Evanston aldermen tonight are scheduled to decide how much residents will have to pay in taxes next year to fund public safety pensions.
The City Council will get a report from the city’s pension actuary showing that after years of generally weak investment returns, the city’s public safety pension funds — along with the rest of the market — did somewhat better in 2012.
The fire pension pension fund earned 6.43 percent and the police pension fund earned 9.15 percent in 2012. Both had earned less than 2 percent in 2011.
The improved returns and the City Council’s decision to put an extra $500,000 into the fund last year led to a modest improvement in each pension system’s funded ratio.
The firefighter’s fund went from 45.6 percent to 47.3 percent funded. The police fund went from 45.3 percent to 46.5 percent funded.
Actuary Arthur Tepfer is recommending that the city contribute $8.36 million to the police fund and $6.24 million to the fire fund next year. Combined that’s an increase of $362,568 from his recommendation for last year but $137,432 less than what the city actually contributed.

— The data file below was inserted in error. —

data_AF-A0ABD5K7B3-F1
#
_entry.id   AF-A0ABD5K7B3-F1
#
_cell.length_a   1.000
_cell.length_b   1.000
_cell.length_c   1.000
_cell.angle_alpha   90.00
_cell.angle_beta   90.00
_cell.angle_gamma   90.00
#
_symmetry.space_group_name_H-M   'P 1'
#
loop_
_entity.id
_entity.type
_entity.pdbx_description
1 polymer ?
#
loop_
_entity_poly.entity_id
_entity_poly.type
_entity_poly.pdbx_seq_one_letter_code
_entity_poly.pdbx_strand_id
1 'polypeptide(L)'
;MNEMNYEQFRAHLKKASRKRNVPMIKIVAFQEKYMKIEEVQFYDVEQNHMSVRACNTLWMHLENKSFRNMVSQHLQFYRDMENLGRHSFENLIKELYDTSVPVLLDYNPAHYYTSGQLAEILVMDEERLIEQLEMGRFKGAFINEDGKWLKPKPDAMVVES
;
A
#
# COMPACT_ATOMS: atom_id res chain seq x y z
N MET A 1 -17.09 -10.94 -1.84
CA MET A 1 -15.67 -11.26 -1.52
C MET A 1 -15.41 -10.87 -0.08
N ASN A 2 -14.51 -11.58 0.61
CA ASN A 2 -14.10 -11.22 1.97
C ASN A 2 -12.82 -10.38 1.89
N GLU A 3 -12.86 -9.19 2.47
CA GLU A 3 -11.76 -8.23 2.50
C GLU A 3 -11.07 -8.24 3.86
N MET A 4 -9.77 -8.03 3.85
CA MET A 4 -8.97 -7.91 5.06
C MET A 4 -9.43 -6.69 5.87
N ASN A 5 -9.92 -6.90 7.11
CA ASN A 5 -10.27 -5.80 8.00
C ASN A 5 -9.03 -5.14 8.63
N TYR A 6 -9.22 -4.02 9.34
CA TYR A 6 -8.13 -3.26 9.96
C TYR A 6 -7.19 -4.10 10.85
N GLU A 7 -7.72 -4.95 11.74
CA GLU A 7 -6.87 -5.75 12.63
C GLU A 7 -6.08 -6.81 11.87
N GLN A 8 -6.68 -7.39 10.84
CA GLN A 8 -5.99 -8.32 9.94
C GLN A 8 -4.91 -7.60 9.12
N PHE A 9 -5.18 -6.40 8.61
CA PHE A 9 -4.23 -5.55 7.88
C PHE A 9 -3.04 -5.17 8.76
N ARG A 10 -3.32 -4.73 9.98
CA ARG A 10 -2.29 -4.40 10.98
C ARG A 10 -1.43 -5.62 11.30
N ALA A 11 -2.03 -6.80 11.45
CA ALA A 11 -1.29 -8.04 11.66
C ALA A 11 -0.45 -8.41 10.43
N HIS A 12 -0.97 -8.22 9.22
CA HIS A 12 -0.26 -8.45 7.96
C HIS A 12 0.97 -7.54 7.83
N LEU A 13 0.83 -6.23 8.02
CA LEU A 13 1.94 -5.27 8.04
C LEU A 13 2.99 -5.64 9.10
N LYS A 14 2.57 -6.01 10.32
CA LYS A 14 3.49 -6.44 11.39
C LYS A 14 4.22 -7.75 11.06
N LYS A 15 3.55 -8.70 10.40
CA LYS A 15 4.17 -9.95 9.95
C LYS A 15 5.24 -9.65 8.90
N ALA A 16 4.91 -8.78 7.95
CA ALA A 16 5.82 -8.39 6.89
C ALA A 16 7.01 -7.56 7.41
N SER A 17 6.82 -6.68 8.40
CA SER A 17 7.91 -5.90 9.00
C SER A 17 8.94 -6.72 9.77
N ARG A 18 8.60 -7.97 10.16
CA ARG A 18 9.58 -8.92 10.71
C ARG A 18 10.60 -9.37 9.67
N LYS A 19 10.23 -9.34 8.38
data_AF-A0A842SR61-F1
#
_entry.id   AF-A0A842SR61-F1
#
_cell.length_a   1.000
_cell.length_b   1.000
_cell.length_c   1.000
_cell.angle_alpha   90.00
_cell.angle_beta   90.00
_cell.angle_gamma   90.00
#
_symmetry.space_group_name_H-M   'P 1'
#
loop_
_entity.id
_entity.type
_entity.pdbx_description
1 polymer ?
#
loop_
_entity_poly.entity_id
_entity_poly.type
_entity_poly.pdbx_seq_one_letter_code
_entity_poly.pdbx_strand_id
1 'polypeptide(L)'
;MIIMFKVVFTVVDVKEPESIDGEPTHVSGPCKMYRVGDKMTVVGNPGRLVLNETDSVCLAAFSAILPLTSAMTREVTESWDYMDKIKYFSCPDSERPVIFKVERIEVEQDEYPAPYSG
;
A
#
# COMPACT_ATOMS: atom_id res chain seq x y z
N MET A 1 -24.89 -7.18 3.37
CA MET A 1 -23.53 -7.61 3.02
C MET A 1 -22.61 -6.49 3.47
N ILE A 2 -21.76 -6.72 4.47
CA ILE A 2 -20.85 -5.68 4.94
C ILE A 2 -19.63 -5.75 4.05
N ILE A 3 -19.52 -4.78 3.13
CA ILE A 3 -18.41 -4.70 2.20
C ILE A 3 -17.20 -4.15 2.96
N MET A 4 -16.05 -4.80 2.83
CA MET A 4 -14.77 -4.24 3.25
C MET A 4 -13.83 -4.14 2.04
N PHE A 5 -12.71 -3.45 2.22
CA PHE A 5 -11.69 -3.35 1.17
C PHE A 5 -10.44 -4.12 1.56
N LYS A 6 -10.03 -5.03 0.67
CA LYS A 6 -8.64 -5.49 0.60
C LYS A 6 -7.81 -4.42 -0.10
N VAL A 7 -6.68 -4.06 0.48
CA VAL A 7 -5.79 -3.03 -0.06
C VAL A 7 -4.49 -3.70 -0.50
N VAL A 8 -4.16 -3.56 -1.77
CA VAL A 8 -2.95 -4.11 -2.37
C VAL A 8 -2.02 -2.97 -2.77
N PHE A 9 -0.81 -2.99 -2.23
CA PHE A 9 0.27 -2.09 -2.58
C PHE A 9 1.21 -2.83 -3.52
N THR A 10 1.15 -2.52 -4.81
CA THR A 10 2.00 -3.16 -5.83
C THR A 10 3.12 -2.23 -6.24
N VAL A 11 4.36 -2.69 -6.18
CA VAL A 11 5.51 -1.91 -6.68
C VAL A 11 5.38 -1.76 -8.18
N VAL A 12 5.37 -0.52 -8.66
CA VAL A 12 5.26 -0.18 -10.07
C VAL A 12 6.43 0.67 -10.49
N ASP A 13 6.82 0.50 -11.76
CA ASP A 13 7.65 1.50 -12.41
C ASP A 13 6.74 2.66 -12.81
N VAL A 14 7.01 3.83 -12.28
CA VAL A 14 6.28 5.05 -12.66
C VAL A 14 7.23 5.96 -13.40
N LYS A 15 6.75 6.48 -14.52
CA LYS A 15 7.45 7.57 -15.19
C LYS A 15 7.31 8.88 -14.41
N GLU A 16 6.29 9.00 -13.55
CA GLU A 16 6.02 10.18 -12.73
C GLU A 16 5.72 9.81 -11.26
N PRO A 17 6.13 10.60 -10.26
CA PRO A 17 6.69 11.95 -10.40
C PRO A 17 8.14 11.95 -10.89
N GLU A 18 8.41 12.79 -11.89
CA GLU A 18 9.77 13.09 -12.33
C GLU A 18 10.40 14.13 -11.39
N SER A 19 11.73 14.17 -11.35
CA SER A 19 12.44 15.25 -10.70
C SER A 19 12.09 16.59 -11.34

The actuary is also recommending that the city reduce its assumption of future investment returns from 7 percent to 6.75 percent.
Concern about huge unfunded pension liabilities — now estimated at $68 million for the firefighters and $89 million for the police and possibly overly optimistic assumptions about future investment returns — has led to recent downgrades of the city’s credit rating by bond rating services.